EU praises Dutch, UK avian flu response
The European Commission said Monday the response to an outbreak of avian flu in the Netherlands and Britain was satisfactory amid warnings that the disease could spread further.
"We can only praise the behaviour of the authorities of the two member states," said Enrico Brivio, a spokesman for the EU's executive, one day after the discovery of a highly contagious strain of influenza that is very dangerous to birds and can spread to humans.
Dutch officials were on Monday scouring poultry farms and in the process destroying around 150,000 birds in an urgent scramble to isolate the disease.
They also banned the transport of poultry nationwide.
A duck breeding farm in northern England was closed off on Monday after an outbreak of bird flu, although officials said the risk to public health was "very low".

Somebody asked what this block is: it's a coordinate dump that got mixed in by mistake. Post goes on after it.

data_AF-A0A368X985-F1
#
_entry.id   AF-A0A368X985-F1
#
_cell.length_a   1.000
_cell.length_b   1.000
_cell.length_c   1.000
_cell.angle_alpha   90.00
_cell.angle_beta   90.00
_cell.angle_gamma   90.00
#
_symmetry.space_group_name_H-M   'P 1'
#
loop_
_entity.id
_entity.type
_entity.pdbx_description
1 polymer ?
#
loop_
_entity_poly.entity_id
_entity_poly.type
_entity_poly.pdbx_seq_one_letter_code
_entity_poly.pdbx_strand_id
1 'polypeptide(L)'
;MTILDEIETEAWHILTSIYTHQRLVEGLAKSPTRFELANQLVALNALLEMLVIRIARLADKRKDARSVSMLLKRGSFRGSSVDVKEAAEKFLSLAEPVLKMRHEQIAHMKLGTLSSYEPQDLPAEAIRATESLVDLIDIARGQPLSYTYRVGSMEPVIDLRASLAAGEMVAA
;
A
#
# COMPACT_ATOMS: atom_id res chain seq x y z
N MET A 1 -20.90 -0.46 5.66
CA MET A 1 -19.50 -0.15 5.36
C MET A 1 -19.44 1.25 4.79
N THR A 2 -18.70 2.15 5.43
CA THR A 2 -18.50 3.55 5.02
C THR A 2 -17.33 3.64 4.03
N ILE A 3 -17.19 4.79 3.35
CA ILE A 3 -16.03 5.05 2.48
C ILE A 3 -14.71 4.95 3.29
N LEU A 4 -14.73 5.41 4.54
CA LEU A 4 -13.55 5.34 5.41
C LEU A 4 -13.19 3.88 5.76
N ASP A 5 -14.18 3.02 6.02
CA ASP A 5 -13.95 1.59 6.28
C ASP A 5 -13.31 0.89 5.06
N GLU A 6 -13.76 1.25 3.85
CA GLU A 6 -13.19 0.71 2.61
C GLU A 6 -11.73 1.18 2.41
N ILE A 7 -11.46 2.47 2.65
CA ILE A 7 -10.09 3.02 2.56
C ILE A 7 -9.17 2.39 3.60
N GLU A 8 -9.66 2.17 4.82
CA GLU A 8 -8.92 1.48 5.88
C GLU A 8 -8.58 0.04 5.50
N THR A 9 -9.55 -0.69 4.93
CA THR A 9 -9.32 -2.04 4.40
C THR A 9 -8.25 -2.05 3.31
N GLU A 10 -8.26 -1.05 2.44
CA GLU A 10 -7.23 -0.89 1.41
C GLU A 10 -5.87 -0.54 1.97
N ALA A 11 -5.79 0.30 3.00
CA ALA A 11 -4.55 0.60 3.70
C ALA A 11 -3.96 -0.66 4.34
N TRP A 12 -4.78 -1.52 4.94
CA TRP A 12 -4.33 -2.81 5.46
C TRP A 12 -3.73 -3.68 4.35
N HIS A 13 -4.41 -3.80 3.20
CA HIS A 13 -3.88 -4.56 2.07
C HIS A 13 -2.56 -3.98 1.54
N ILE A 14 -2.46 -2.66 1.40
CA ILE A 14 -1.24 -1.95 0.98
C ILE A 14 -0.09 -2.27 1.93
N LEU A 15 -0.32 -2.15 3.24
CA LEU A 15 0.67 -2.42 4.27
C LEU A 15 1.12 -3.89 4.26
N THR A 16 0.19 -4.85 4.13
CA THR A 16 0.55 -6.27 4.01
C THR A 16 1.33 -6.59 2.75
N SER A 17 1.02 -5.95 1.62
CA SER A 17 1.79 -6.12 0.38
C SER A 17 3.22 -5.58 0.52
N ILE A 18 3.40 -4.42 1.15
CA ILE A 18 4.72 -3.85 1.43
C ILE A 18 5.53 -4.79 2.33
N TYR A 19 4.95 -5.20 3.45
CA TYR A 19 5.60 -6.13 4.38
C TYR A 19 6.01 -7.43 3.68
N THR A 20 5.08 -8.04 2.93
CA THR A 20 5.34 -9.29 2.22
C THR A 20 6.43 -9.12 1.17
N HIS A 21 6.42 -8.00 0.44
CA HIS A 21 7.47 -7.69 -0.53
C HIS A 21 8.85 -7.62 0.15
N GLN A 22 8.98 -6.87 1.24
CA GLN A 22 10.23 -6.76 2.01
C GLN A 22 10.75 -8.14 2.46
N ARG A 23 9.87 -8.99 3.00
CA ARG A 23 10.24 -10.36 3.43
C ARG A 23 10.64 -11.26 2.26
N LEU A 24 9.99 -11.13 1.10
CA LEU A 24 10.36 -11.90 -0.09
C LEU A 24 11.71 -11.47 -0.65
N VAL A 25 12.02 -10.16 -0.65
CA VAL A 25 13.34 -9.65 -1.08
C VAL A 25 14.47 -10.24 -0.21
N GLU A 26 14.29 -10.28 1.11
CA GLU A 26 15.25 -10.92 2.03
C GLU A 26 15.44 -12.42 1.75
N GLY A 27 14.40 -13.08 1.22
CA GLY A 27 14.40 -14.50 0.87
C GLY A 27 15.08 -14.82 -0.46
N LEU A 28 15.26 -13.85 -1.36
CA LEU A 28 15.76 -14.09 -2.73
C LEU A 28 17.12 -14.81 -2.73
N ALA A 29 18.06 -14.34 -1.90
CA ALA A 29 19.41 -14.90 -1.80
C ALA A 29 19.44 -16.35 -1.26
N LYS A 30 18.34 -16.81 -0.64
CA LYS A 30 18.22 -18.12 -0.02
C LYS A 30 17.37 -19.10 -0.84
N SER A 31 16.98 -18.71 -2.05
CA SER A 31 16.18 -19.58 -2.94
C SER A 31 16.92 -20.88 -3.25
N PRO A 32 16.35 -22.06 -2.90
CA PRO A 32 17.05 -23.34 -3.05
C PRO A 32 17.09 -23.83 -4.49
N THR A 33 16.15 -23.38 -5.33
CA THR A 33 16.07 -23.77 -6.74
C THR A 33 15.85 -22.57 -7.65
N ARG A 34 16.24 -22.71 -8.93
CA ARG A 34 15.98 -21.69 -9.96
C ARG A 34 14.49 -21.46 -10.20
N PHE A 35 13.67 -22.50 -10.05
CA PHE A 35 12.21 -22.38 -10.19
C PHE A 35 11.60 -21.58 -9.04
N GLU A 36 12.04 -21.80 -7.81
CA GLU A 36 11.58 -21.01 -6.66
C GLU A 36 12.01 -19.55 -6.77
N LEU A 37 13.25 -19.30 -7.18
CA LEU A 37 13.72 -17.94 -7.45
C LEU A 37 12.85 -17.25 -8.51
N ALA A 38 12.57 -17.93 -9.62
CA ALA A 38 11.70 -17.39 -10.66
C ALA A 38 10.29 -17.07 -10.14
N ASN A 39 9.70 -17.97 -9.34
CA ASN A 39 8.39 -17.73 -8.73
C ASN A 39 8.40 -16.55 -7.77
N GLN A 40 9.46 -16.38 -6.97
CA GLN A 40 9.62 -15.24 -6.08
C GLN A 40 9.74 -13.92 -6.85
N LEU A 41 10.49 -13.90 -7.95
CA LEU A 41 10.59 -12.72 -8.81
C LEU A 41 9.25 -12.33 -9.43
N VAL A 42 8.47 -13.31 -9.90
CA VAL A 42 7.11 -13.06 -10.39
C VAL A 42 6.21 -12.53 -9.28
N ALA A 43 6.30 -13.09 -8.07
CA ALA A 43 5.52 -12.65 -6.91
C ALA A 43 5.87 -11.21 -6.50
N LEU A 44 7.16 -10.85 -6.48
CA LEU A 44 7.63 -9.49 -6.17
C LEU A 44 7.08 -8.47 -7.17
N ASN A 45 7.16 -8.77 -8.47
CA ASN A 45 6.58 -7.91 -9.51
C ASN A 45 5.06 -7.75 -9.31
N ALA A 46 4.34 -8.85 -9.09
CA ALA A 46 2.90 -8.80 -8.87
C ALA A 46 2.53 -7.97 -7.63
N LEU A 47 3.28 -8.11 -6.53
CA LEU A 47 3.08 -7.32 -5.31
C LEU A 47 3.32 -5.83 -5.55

An estimated 6,000 ducks on the farm will be culled and a 10-kilometre (six-mile) restriction zone has been put around the site near Driffield in Yorkshire.
"We are reviewing the measures taken by the national authorities, and for the moment, we consider them adequate, both the measures taken by the Dutch authorities and the ones taken by the British authorities," Brivio said.
The European Commission will make a formal decision on the measures taken in the afternoon Thursday and review the situation next Thursday.
Brivio said a bird flu outbreak also occurred two weeks ago in Germany but that "adequate measures" had been taken and the "situation actually is normal" there.
EU sources added the German outbreak occurred in a turkey farm.
An EU source told reporters that it is "most likely the same strain in all three places," the Netherlands, Britain and Germany.
The source said "more outbreaks would not be surprising" in countries such as France, Spain and Italy as the "disease might have come from swans migrating from north to south.
© 2014 AFP